Why a party for Muslims is a terrible idea

More religious identity politics is the last thing Britain needs.

Rakib Ehsan

Rakib Ehsan

Topics Identity Politics Politics UK

These are tense times for the Labour Party. Against the backdrop of the ongoing Israel-Hamas conflict, there is growing disillusionment within the party over leader Keir Starmer’s opposition to the calls for a ceasefire in Gaza.

More than 60 Labour MPs have now called for a ceasefire, including 15 frontbenchers. London mayor Sadiq Khan and Greater Manchester mayor Andy Burnham have also joined in, as have around 330 local councillors. More than 30 councillors have actually resigned from Labour over Starmer’s stance. This includes nine resignations in Oxford, meaning that Labour has lost control of the council – relinquishing the majority it has held there since 2010.

A significant portion of the opposition to Starmer has come from politicians who represent constituencies with large Muslim populations. As a result, there has been talk in some circles about starting a new political party tailored to appeal specifically to British Muslims, which could peel voters away from Labour.

A recent application submitted by the ‘Party of Islam’ was rejected this week by the Electoral Commission, on the grounds that its ‘proposed constitution did not satisfactorily set out the structure and organisation of the party’. Meanwhile, former Apprentice contestant and media commentator Bushra Shaikh claimed this week that she is involved in plans to establish a party called the ‘Muslim Party UK’.

It’s no wonder that many Muslims feel like Labour is no longer serving their interests. Personally, I have been left disappointed by Starmer’s response to the Middle East crisis, especially his LBC interview last month in which he supported Israel’s decision to withhold water and electricity from Gaza (while I deplore the Hamas terror attacks on 7 October, it feels wrong to punish the whole population for this).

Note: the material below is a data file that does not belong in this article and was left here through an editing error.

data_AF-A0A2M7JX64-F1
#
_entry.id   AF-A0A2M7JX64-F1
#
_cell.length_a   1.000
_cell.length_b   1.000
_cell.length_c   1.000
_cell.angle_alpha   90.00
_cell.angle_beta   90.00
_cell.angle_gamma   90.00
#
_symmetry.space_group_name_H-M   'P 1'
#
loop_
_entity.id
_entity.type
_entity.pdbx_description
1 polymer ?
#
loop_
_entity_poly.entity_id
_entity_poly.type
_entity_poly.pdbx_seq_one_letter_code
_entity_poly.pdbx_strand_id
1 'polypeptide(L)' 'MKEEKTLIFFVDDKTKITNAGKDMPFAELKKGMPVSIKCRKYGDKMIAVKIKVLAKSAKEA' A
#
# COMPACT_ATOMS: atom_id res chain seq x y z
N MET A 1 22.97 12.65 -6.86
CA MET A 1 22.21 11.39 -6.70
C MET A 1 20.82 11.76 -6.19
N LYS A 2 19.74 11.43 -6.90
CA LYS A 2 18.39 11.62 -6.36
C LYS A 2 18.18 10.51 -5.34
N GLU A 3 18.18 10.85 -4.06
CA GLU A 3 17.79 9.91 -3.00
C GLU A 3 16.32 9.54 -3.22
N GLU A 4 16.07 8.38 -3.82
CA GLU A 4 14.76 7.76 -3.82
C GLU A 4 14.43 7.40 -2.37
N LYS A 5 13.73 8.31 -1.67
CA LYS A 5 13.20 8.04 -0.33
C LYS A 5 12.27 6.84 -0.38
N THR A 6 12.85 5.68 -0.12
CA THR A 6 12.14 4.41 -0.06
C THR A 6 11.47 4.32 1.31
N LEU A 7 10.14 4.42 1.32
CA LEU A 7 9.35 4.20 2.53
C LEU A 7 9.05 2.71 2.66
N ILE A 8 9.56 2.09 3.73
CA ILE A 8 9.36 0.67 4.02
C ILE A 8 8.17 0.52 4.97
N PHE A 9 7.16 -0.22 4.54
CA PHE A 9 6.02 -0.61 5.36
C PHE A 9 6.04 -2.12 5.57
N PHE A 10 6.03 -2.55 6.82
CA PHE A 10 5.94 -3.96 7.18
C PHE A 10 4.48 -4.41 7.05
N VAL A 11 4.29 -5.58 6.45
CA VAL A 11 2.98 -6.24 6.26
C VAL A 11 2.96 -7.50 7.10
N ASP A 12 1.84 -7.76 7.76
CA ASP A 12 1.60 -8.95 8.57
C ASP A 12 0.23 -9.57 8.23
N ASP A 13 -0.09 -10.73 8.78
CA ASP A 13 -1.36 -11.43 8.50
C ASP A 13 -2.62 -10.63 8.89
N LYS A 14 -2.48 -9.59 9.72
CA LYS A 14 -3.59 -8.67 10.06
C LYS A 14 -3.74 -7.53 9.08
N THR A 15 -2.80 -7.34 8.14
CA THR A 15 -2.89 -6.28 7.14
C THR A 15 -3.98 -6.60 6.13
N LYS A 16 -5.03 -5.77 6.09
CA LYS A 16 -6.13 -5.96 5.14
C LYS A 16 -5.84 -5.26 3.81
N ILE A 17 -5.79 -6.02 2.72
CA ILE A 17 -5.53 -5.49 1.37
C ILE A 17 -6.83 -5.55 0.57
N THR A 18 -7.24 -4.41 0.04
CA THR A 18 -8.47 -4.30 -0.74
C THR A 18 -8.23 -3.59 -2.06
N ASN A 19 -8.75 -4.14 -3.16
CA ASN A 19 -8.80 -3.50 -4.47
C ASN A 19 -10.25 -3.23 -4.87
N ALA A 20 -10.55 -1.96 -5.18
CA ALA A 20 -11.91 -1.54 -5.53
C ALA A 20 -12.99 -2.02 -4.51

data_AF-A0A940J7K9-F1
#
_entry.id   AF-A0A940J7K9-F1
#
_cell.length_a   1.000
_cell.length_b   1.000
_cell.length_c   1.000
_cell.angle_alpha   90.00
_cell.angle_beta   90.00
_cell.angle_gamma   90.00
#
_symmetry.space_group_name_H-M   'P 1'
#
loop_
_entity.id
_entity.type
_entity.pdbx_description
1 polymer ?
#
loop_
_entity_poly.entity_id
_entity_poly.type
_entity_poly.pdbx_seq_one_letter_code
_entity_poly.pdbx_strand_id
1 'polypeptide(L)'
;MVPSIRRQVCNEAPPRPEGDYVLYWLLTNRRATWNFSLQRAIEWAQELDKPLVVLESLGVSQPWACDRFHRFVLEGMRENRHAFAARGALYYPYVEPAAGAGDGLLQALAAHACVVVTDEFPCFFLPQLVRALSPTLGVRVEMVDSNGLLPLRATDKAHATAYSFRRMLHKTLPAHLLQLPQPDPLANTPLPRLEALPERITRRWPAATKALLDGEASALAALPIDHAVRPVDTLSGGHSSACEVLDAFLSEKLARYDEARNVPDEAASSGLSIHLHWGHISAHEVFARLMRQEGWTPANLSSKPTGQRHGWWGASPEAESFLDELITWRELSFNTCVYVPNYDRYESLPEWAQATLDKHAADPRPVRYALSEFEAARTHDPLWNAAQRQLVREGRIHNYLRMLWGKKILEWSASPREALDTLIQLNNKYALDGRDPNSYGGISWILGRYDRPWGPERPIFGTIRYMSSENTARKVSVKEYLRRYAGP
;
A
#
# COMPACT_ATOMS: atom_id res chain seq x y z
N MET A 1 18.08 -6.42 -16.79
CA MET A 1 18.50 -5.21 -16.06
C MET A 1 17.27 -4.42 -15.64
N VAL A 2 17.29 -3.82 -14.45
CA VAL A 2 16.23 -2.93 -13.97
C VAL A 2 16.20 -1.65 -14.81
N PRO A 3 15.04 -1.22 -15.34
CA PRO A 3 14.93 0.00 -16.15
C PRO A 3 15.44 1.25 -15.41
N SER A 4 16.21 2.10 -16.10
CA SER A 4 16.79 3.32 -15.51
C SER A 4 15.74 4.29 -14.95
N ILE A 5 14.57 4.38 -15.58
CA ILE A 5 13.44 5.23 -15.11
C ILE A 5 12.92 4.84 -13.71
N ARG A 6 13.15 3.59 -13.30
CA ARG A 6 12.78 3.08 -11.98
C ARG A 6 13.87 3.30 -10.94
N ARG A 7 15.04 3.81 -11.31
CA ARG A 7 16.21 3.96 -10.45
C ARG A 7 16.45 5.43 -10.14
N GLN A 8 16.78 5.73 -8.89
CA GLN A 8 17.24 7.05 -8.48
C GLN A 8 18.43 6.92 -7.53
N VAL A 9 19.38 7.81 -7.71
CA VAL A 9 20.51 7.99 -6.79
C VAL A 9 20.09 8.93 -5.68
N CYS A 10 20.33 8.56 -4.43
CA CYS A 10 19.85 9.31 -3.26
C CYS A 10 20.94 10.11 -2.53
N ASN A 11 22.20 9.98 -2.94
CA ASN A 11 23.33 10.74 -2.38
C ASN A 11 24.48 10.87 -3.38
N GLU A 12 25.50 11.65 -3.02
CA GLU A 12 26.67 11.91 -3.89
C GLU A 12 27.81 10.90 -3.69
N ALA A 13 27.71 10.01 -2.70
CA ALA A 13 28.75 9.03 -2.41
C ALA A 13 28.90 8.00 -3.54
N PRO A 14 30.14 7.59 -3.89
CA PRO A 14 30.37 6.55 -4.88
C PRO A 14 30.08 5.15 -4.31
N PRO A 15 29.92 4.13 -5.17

The problems for Muslim Labour supporters go beyond the conflict in the Middle East. At home, Labour’s embrace of radical cultural liberalism is entirely incompatible with the more traditional beliefs of large swathes of British Muslims. Gender ideology, for example, poses a fundamental threat to conventional understandings of manhood and womanhood. Yet many Labour MPs support not only gender self-identification for adults but also embedding trans ideology in schools and other policies that would encourage children to transition. Labour is now a party that is obsessed with identity politics and championing woke causes, while neglecting the bread-and-butter issues that affect normal British families, Muslims included.

But, whatever misgivings people might have about Labour, creating a ‘Muslim party’ would be a terrible idea – especially for British Muslims. The solution to feeling abandoned by mainstream politics is not establishing a tribal outfit rooted in religious identity politics. Such a development would be a gift to those who portray British Muslims as an insular and separationist religious bloc that is fundamentally different to the rest of Britain. As I have long argued on spiked, this caricature has little basis in fact. British Muslims are, for the most part, well-integrated, trusting of the UK’s institutions and optimistic about the future.

An Islam-oriented party is unlikely to represent these mainstream Muslims. Like so many outfits that purport to speak for Muslims, it would almost certainly act as a platform for divisive and out-of-touch media personalities to amplify their own grievance politics.

Those calling for a Muslim party ignore the fact that Muslims in Britain are not a monolithic bloc. Rather, they are a diverse set of communities and individuals with different interests and experiences.

Which interests and worldviews would win out in a party for Muslims? There is the risk that such a party would descend into sectarian in-fighting and could even end up under the control of Islamists who question the ‘authenticity’ of British Muslims who reject extremism. This would be a major step backwards in terms of integration and cohesion.

While many may be disappointed by the political establishment’s positioning on the Middle East, or by Labour’s woke fanaticism, a Muslim party will not serve the real interests of ordinary Muslims. It will only further sow the seeds of division, at a time when mutual respect and understanding are needed more than ever.

Rakib Ehsan is the author of Beyond Grievance: What the Left Gets Wrong about Ethnic Minorities, which is available to order on Amazon.

Picture By: Getty.

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Topics Identity Politics Politics UK


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